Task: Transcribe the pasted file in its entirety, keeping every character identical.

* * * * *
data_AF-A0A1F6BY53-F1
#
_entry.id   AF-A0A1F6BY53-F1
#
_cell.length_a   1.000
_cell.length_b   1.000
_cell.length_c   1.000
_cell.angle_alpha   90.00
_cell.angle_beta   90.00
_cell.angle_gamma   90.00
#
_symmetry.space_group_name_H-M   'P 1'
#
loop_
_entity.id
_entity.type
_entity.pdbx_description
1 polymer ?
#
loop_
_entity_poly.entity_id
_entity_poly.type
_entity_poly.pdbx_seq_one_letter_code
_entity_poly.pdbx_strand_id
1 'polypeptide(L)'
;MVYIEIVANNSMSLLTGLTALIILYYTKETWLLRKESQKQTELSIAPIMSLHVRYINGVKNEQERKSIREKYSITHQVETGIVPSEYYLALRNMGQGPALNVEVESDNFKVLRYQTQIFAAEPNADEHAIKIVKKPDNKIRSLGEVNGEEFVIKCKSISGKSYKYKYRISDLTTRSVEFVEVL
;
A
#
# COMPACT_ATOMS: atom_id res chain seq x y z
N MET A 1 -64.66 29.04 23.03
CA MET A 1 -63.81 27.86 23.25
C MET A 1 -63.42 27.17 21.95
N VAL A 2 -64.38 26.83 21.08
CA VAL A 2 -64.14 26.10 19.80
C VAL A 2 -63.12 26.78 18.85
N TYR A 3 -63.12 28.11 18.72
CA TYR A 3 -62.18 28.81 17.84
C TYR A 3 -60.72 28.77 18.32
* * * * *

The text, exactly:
data_AF-A0A1F6BY53-F1
#
_entry.id   AF-A0A1F6BY53-F1
#
_cell.length_a   1.000
_cell.length_b   1.000
_cell.length_c   1.000
_cell.angle_alpha   90.00
_cell.angle_beta   90.00
_cell.angle_gamma   90.00
#
_symmetry.space_group_name_H-M   'P 1'
#
loop_
_entity.id
_entity.type
_entity.pdbx_description
1 polymer ?
#
loop_
_entity_poly.entity_id
_entity_poly.type
_entity_poly.pdbx_seq_one_letter_code
_entity_poly.pdbx_strand_id
1 'polypeptide(L)'
;MVYIEIVANNSMSLLTGLTALIILYYTKETWLLRKESQKQTELSIAPIMSLHVRYINGVKNEQERKSIREKYSITHQVETGIVPSEYYLALRNMGQGPALNVEVESDNFKVLRYQTQIFAAEPNADEHAIKIVKKPDNKIRSLGEVNGEEFVIKCKSISGKSYKYKYRISDLTTRSVEFVEVL
;
A
#
# COMPACT_ATOMS: atom_id res chain seq x y z
N MET A 1 -64.66 29.04 23.03
CA MET A 1 -63.81 27.86 23.25
C MET A 1 -63.42 27.17 21.95
N VAL A 2 -64.38 26.83 21.08
CA VAL A 2 -64.14 26.10 19.80
C VAL A 2 -63.12 26.78 18.85
N TYR A 3 -63.12 28.11 18.72
CA TYR A 3 -62.18 28.81 17.84
C TYR A 3 -60.72 28.77 18.32